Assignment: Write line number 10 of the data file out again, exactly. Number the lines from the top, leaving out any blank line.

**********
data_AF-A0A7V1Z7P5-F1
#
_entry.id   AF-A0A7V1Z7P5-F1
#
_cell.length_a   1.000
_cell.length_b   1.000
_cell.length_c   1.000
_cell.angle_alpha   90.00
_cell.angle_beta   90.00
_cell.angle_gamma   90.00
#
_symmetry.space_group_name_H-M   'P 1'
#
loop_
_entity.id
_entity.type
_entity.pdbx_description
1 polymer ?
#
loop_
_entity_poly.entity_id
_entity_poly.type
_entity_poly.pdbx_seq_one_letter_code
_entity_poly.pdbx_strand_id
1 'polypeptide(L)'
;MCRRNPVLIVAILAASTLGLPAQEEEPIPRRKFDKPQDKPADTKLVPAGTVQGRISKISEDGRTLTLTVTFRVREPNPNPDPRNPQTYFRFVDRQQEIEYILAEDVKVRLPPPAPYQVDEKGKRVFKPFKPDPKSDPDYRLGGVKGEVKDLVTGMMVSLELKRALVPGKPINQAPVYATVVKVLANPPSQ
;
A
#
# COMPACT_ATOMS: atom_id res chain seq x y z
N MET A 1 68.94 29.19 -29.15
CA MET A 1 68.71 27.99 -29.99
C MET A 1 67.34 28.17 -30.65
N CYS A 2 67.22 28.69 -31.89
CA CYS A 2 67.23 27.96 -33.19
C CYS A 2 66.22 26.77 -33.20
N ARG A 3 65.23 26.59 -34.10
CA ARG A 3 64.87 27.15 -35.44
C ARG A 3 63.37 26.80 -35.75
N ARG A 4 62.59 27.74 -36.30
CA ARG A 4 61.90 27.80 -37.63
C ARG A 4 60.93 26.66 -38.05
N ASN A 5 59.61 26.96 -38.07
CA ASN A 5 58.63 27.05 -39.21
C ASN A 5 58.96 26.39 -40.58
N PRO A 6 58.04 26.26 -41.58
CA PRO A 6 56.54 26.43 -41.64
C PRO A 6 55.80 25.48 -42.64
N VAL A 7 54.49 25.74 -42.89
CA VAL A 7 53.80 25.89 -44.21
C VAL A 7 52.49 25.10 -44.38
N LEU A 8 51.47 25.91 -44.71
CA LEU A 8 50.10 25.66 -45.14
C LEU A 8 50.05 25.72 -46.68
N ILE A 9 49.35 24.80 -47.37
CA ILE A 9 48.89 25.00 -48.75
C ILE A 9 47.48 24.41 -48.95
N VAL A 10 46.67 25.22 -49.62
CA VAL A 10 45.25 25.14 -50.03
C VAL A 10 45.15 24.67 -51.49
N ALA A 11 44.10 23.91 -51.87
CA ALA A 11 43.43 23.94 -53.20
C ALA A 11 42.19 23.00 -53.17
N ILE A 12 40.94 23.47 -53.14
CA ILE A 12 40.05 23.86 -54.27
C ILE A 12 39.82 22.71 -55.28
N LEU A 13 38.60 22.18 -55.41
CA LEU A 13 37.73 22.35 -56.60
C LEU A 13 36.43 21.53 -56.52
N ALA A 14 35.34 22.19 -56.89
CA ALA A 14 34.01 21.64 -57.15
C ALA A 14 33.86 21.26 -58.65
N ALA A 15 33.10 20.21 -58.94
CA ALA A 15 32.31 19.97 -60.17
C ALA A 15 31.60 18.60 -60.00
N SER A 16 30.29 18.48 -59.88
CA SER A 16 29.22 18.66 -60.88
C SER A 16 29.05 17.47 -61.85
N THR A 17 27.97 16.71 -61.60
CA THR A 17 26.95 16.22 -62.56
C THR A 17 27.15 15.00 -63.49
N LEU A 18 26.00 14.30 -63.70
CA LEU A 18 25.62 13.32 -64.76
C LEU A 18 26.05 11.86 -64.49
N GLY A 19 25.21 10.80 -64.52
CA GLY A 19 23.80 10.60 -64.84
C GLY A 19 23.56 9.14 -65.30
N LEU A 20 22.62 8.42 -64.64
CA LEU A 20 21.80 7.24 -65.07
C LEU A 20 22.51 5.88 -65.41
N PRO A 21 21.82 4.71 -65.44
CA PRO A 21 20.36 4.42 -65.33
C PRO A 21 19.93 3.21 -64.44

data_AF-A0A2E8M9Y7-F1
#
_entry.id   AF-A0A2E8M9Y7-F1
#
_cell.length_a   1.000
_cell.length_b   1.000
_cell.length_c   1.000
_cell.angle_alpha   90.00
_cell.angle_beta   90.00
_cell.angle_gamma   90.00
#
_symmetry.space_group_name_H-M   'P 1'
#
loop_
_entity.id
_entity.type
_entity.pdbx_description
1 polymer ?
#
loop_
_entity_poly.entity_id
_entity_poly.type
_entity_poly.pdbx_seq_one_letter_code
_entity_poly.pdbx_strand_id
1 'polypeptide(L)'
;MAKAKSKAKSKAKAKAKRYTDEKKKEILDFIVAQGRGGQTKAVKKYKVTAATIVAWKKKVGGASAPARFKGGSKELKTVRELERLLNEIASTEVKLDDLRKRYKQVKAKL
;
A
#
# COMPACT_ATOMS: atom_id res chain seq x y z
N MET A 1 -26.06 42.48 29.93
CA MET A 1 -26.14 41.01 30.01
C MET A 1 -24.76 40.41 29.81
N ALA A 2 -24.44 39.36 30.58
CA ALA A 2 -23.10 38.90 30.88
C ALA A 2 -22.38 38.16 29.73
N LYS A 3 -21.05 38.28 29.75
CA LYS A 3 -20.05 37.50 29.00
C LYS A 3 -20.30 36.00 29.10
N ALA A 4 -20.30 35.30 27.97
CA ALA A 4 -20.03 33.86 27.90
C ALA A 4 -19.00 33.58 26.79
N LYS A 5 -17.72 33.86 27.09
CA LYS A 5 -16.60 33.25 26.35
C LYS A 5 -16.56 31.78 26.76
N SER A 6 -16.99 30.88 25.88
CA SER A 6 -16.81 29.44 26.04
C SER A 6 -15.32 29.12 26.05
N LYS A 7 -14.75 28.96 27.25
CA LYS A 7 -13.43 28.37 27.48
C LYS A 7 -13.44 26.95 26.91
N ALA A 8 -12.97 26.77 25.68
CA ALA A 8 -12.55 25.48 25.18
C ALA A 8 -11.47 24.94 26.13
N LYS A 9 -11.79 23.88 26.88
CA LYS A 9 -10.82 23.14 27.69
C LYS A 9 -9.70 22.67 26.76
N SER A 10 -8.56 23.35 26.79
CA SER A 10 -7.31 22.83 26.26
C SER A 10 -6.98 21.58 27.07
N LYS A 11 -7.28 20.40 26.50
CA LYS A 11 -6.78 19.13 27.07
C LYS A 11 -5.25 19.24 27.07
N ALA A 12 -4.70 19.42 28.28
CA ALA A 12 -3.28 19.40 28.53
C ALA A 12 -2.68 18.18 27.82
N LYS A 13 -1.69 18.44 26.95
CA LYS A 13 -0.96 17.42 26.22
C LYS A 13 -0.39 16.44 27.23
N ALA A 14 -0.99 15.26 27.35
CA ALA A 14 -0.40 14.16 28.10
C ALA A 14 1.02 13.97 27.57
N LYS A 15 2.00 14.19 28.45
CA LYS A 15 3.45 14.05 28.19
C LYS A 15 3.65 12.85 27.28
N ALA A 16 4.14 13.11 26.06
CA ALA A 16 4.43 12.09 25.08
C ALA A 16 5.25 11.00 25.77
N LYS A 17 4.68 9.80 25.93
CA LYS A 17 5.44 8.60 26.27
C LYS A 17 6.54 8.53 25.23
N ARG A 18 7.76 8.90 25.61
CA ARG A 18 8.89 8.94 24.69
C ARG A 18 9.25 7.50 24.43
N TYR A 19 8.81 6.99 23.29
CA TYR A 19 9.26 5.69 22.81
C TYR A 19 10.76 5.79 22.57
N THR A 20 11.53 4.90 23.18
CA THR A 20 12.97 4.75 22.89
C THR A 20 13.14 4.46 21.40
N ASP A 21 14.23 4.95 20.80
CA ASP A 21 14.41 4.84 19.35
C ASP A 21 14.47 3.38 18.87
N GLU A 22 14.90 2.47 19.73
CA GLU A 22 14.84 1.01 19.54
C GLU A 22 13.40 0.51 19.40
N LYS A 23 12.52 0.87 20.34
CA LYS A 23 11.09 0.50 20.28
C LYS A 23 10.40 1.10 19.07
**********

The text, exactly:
_cell.angle_gamma   90.00